Throwback Thursday: Wright Punch Model 2600: A Method for Programming Old Main Frame Computers


Wright Punch Model 2600 card punch
Our object this week reminds us that it used to be pretty complicated to program one of the old main frame computers.  Information was coded by punching patterns of holes into cards, which were then fed into a computer via a card reader.  This is a mechanical IBM card punch for visually impaired computer programmers based on the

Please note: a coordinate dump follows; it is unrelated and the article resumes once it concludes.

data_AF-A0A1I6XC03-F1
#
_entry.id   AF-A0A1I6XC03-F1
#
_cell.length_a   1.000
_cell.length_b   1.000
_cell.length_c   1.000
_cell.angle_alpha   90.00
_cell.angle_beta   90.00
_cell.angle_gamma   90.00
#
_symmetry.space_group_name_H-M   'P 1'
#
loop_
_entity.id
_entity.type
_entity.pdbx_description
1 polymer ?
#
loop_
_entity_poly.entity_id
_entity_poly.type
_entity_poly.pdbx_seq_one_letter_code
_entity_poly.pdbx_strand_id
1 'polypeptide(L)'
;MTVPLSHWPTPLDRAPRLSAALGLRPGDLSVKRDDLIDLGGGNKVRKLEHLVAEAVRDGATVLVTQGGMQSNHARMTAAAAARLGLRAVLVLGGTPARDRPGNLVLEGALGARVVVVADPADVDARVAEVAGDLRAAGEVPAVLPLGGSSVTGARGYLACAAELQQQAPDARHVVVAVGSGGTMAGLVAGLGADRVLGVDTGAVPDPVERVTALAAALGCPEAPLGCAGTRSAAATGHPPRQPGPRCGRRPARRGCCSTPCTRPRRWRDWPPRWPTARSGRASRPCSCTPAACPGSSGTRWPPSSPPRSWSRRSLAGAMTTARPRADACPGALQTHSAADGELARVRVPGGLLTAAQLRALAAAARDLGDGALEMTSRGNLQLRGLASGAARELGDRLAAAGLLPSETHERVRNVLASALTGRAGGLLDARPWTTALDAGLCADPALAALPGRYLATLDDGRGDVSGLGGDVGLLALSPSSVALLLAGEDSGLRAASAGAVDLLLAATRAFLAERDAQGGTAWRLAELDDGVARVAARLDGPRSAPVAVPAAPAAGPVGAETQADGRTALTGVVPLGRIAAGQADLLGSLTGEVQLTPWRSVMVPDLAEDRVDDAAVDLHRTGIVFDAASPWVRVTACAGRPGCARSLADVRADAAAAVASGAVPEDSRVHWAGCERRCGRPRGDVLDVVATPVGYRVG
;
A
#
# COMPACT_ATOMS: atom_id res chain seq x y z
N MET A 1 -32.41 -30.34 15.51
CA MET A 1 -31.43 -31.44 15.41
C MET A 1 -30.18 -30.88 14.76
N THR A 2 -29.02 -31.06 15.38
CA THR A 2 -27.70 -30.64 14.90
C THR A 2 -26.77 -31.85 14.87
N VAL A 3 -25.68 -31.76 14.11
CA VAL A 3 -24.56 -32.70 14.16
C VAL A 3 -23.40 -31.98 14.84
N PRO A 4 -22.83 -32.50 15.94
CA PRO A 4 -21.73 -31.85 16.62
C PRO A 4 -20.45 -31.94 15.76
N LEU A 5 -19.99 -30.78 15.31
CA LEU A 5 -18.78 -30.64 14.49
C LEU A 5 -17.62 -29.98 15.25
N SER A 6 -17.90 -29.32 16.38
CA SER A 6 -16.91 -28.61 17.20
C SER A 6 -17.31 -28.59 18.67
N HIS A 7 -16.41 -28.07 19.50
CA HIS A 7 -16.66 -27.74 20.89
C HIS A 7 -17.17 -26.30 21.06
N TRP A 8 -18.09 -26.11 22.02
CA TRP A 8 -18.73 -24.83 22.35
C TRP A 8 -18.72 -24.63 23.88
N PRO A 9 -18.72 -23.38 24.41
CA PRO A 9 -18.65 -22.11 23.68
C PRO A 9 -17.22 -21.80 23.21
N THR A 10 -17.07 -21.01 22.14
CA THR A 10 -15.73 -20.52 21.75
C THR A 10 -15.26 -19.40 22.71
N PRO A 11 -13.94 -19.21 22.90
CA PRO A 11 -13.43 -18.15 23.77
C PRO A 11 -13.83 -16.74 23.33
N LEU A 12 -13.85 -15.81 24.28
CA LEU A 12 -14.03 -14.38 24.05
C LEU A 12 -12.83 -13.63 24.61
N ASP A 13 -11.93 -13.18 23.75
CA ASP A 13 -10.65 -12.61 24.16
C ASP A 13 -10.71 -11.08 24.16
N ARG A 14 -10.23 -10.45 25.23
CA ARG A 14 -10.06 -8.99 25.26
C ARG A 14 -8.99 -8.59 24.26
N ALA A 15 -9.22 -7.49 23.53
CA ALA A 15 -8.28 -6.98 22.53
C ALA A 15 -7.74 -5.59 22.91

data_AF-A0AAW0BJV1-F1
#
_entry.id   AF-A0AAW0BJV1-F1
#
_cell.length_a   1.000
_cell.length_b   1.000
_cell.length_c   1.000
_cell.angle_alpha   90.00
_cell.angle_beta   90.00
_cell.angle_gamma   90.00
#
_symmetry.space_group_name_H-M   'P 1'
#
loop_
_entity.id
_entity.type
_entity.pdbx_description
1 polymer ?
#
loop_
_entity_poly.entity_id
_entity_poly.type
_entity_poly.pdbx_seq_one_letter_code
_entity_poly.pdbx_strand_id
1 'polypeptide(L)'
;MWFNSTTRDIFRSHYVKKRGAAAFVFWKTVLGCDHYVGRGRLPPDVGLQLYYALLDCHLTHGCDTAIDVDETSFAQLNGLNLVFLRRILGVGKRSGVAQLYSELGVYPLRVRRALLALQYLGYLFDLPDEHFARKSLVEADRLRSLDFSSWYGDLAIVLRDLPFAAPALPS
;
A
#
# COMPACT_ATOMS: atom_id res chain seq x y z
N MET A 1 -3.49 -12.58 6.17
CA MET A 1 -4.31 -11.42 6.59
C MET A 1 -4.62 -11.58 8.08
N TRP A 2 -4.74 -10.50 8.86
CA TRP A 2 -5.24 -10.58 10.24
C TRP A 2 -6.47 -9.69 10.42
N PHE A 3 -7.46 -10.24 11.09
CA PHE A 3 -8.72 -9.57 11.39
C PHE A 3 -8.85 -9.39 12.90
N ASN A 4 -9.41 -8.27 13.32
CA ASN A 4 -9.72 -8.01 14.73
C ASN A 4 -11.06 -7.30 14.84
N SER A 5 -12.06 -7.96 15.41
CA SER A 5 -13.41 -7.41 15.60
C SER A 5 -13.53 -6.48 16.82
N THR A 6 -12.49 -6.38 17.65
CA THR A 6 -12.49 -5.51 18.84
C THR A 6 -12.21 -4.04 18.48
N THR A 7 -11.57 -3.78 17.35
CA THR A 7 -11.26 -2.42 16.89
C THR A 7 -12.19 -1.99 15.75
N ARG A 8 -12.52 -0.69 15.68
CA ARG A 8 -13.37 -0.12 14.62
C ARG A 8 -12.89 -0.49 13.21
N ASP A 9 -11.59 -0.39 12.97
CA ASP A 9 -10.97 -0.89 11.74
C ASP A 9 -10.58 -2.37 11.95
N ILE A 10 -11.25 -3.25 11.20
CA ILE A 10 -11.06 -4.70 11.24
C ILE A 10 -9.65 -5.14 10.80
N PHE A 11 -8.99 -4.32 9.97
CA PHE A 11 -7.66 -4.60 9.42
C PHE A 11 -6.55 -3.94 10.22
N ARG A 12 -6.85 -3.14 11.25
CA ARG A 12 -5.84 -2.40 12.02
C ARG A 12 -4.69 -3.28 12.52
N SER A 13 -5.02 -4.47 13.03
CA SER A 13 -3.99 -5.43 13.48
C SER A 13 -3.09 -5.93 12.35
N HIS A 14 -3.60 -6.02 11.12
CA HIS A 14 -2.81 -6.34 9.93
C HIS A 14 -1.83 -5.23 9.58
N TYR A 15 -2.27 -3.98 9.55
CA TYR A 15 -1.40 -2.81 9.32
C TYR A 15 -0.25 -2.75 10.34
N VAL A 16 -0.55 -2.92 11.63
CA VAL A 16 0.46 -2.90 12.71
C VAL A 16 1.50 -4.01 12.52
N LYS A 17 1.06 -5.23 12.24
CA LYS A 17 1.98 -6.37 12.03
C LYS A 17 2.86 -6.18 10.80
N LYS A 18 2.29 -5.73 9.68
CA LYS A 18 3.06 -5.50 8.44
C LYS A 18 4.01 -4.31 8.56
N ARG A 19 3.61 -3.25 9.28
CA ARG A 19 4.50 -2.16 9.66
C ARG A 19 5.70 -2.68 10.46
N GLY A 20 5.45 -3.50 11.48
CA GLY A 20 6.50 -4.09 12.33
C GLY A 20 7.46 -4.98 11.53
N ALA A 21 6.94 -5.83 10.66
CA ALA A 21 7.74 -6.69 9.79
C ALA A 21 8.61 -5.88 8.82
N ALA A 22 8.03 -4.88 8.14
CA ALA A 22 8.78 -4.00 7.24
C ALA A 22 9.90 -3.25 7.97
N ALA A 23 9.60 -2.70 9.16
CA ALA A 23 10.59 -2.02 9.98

Hollerith Keypunch Code.  Hollerith was fairly easy for braille readers to learn. (Most sighted programmers used a typewriter keyboard to punch their cards.) A label on top of the punch reads "Wright Punch Model 2600, Wright Line, Worcester, Mass. USA." It also lists the key numbers and letter and symbols code. It has thirteen keys attached to a movable carriage. Letters and punctuation marks were made by pressing multiple keys, another similarity to braille, and a spacing key advanced the carriage. The keys punched holes into the IBM card placed beneath the carriage.   Larry Honaker, the original donor, used the card punch early in his career as a programmer. He graduated from Columbus Technical Institute in Pittsburgh, in 1974. He worked for the Defense Department in Central Design Headquarters, Defense Electronic Supply.  The Wright Punch Model 2600 was in use there until around 1986, when he began using an electronic terminal fitted with an Optacon for reading the screen.


 

 

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